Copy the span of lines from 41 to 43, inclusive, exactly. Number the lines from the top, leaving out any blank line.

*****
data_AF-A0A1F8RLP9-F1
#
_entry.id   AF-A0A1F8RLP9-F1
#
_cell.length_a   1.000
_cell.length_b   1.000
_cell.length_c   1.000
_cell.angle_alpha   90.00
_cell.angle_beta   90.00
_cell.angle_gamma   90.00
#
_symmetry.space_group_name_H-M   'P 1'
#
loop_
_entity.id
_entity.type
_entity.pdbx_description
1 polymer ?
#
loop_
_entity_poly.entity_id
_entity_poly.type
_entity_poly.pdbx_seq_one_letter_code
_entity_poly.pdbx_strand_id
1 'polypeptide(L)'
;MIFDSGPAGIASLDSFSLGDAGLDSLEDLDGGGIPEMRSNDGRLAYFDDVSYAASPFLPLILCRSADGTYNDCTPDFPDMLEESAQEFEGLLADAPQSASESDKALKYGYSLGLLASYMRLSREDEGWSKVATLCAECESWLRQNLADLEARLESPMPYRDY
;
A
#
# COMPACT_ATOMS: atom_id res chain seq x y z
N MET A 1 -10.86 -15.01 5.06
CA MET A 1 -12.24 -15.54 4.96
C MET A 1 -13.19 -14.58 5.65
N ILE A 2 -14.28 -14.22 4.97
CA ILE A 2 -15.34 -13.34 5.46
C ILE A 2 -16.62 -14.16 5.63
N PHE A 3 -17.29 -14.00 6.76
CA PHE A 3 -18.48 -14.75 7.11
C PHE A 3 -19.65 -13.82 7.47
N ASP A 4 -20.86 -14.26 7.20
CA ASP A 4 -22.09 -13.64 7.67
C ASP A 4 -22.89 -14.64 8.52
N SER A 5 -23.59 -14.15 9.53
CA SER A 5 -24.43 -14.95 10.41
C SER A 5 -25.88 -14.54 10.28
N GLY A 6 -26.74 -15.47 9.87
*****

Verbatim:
CA ASP A 4 -22.09 -13.64 7.67
C ASP A 4 -22.89 -14.64 8.52
N SER A 5 -23.59 -14.15 9.53